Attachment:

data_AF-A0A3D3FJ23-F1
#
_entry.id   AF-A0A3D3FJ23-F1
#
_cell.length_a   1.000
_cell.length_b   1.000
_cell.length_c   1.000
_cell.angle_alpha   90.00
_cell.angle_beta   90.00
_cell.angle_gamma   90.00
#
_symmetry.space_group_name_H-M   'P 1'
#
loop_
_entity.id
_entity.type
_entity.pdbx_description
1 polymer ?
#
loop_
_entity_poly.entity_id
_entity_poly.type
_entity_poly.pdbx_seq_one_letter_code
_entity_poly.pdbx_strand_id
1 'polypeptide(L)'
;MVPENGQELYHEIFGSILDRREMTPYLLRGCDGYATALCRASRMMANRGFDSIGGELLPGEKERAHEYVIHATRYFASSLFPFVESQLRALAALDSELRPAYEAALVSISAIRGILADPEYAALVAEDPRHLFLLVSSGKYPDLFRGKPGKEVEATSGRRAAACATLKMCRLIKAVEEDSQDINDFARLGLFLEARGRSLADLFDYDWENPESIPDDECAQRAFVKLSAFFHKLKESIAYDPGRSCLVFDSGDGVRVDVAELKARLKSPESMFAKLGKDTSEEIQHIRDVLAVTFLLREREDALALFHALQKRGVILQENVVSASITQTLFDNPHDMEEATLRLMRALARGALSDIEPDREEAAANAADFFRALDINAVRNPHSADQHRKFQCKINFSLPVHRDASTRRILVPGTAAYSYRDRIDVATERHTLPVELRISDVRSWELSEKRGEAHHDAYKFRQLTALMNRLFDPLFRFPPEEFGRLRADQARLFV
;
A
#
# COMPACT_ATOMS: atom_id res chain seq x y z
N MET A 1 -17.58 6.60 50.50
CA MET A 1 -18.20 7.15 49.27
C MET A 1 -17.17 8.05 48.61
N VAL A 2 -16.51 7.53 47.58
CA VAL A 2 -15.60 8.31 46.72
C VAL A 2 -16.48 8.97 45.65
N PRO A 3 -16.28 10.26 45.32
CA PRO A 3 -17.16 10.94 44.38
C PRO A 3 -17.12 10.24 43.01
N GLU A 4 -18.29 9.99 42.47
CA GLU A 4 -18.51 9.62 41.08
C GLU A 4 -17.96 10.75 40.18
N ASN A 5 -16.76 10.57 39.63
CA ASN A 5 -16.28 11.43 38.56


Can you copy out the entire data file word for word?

data_AF-A0A3D3FJ23-F1
#
_entry.id   AF-A0A3D3FJ23-F1
#
_cell.length_a   1.000
_cell.length_b   1.000
_cell.length_c   1.000
_cell.angle_alpha   90.00
_cell.angle_beta   90.00
_cell.angle_gamma   90.00
#
_symmetry.space_group_name_H-M   'P 1'
#
loop_
_entity.id
_entity.type
_entity.pdbx_description
1 polymer ?
#
loop_
_entity_poly.entity_id
_entity_poly.type
_entity_poly.pdbx_seq_one_letter_code
_entity_poly.pdbx_strand_id
1 'polypeptide(L)'
;MVPENGQELYHEIFGSILDRREMTPYLLRGCDGYATALCRASRMMANRGFDSIGGELLPGEKERAHEYVIHATRYFASSLFPFVESQLRALAALDSELRPAYEAALVSISAIRGILADPEYAALVAEDPRHLFLLVSSGKYPDLFRGKPGKEVEATSGRRAAACATLKMCRLIKAVEEDSQDINDFARLGLFLEARGRSLADLFDYDWENPESIPDDECAQRAFVKLSAFFHKLKESIAYDPGRSCLVFDSGDGVRVDVAELKARLKSPESMFAKLGKDTSEEIQHIRDVLAVTFLLREREDALALFHALQKRGVILQENVVSASITQTLFDNPHDMEEATLRLMRALARGALSDIEPDREEAAANAADFFRALDINAVRNPHSADQHRKFQCKINFSLPVHRDASTRRILVPGTAAYSYRDRIDVATERHTLPVELRISDVRSWELSEKRGEAHHDAYKFRQLTALMNRLFDPLFRFPPEEFGRLRADQARLFV
;
A
#
# COMPACT_ATOMS: atom_id res chain seq x y z
N MET A 1 -17.58 6.60 50.50
CA MET A 1 -18.20 7.15 49.27
C MET A 1 -17.17 8.05 48.61
N VAL A 2 -16.51 7.53 47.58
CA VAL A 2 -15.60 8.31 46.72
C VAL A 2 -16.48 8.97 45.65
N PRO A 3 -16.28 10.26 45.32
CA PRO A 3 -17.16 10.94 44.38
C PRO A 3 -17.12 10.24 43.01
N GLU A 4 -18.29 9.99 42.47
CA GLU A 4 -18.51 9.62 41.08
C GLU A 4 -17.96 10.75 40.18
N ASN A 5 -16.76 10.57 39.63
CA ASN A 5 -16.28 11.43 38.56